Esther arrived in Sydney on the Indispensable in 1796 where she had quickly took up with fellow convict John Fitz, with whom she had her first two children. She had her first child, Susannah, baptised twice, a year apart, and with a different father listed each time! Her second child, Joseph, died as an infant and was buried in the cemetery where Sydney Town Hall now stands. Fitz then disappears from the records and in 1800 Esther takes up with fellow convict and builder, Englishman Thomas Stubbs. They have nine children together, the first being my 4x great-grandmother, Mary Anne (Marian) Grace Spencer Stubbs. Their second son, Thomas, was a well renowned auctioneer, composer and musician.

Governor Hunter gave Esther land in Phillip Street in 1797, not long after her arrival, where she ran a boarding house. She and Thomas were also known as “dealers” which involved selling goods from arriving ships.

Esther and Thomas Sr were never married, presumably because Esther was still considered married to Mr Spencer, even though they were to never see each other again. Esther and Thomas had a colourful life in the centre of Sydney, being involved in a few court cases, one where Thomas allegedly threatened to strike a man with a tree branch who was stealing quinces from their tree.

Thomas died at the young age of 41, and within a year Esther started a relationship with Joseph Bigge, who had been the coachman for Elizabeth Macquarie. He arrived as a free man in 1809 on the Dromedary. They had two children together, and “Joe the Coachman” as he was known also apprenticed one of Esther and the late Thomas’ sons to him at the livery stables. Sadly Joe died at age 65 in 1833 of horrific burns after falling into his bedroom fireplace at their house above the stables in Phillip Street, Sydney, where the old Police Station building is, down near Circular Quay. According to newspaper reports he had been insane for some time prior to this.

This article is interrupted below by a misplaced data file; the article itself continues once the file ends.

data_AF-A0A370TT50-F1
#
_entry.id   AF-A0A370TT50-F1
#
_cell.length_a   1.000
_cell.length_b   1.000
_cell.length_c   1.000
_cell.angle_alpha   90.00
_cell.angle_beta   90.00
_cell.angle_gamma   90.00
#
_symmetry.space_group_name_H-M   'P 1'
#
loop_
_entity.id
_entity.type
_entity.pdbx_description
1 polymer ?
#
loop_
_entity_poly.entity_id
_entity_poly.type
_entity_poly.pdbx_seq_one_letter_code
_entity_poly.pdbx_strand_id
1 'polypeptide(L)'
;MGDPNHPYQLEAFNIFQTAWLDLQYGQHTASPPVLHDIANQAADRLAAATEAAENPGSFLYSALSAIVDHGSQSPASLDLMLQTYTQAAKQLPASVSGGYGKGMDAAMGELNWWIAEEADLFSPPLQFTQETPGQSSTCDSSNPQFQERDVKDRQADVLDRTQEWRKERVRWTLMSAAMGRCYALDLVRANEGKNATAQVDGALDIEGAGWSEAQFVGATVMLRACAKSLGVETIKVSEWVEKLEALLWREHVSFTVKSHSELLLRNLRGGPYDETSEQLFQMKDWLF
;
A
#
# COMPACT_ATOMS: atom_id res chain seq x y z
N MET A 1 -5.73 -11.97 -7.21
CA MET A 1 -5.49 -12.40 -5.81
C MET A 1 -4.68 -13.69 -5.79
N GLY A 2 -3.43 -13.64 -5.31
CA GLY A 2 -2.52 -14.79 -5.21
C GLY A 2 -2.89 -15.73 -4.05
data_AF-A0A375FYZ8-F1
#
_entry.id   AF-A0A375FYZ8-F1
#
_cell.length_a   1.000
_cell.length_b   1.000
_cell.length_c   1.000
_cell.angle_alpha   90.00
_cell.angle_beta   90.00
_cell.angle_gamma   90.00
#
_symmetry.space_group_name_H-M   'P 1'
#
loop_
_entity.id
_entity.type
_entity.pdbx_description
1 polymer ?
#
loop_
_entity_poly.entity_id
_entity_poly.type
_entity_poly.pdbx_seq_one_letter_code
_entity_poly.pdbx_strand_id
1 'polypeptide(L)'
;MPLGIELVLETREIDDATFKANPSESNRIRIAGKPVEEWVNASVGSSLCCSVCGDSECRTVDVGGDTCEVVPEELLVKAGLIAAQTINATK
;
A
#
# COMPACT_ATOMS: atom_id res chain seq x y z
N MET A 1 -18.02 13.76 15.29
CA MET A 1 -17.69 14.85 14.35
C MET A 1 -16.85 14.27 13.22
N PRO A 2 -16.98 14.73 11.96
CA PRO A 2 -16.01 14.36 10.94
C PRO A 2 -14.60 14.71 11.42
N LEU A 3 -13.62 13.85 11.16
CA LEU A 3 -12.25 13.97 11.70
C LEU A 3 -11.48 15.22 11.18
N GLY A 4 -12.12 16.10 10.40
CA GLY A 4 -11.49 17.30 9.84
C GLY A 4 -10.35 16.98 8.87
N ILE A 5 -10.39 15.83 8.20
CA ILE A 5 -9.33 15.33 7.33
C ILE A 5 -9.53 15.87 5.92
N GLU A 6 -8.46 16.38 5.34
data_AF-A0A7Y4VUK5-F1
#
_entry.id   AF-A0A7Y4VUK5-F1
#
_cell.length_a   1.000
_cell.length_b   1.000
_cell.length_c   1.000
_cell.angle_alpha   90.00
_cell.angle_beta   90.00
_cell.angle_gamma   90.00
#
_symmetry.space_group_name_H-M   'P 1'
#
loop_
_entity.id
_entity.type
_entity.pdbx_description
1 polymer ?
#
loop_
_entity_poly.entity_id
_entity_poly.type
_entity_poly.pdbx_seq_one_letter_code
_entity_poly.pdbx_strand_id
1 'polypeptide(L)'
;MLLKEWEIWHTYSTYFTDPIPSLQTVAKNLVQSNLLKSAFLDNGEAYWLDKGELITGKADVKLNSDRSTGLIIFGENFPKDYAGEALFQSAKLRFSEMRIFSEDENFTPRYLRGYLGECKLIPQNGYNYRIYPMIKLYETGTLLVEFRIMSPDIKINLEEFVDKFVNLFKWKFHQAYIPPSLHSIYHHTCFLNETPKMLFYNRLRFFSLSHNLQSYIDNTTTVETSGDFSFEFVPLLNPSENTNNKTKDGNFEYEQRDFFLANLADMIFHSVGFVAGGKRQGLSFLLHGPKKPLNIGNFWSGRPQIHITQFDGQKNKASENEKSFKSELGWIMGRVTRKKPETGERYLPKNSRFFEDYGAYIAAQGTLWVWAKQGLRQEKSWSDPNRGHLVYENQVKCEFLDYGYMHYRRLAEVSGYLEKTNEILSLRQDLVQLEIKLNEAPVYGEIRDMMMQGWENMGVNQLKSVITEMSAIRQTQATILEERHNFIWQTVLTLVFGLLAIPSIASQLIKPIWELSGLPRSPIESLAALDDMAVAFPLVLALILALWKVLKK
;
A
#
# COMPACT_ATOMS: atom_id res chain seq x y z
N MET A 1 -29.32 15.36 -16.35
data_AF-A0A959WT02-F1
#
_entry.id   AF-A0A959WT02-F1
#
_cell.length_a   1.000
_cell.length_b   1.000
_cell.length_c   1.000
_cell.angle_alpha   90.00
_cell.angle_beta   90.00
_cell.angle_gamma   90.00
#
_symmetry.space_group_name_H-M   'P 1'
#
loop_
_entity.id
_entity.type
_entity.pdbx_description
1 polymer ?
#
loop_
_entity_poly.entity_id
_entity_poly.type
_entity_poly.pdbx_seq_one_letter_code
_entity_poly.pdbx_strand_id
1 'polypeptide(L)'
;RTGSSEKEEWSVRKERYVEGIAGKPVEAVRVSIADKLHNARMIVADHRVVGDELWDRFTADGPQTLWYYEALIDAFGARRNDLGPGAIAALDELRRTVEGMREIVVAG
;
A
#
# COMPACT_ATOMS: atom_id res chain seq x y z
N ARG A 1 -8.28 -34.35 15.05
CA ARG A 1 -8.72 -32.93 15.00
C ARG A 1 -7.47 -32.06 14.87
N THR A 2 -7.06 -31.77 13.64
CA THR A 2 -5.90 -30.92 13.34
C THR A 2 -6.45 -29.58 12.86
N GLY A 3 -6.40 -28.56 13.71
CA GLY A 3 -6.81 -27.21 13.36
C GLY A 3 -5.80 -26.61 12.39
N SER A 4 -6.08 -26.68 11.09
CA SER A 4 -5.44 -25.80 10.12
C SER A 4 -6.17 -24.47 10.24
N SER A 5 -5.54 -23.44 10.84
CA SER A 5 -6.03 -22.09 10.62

Esther sold off the livery business after his death and used the proceeds to establish the first bathing house in Sydney for ladies and children, at the site of the Andrew “Boy” Charlton Pool at Woolloomooloo Bay. She charged “1 pound per quarter for a lady and three children – for a single lady ditto 10s, and a single baths 6d.” The site was a natural rock shelf into the Harbour where Aboriginal people have been bathing for centuries. As well as providing a bathing service there was also a religious need being met by these baths, as it is Jewish custom for the bride to bathe in sea water on the day of her wedding or the day before, as a form of purification before the ceremony. So Esther was helping keep alive her Jewish traditions in a predominately Christian Sydney. All of her children were baptised in the Anglican Church, presumably as there was no other option available to Esther at that time.

Esther was never granted a Pardon, or Ticket of Leave, and died at age 80 in 1855 and was buried in the Jewish section of the Devonshire Street Cemetery. In 1901 the cemetery site was needed for Central Railway Station, and Esther’s remains were re-interred at the Eastern Suburbs Memorial Park, known then as Bunnerong. Unfortunately there is no headstone to mark her grave.

She had a very long and colourful life and I’m proud to be descended from such a strong and resilient woman.

Hopefully there are some researchers out there who see a gap in their Salamon family tree and realise now who fits in the spot!

Tuesday, 16 October 2012

How to Calculate the Cousin Relationship

Having made contact with a few distant relations this past couple of months has always resulted in the question: "So how exactly are we related?"

Here's how to figure it out.....
  • First cousins are the people in your family who have two of the same grandparents as you.
  • Second cousins have the same great-grandparents as you, but not the same grandparents.
  • Third cousins have in common two great-great-grandparents and their ancestors.
When cousins descend from common ancestors by a different number of generations they are called “removed.”
  • Once removed means there is a difference of one generation. Your mother's first cousin would be your first cousin, once removed. She is one generation younger than your grandparents and you are two generations younger than your grandparents.
  • Twice removed means that there is a two-generation difference. Your grandmother's first cousin would be your first cousin, twice removed because you are separated by two generations.
Still confused??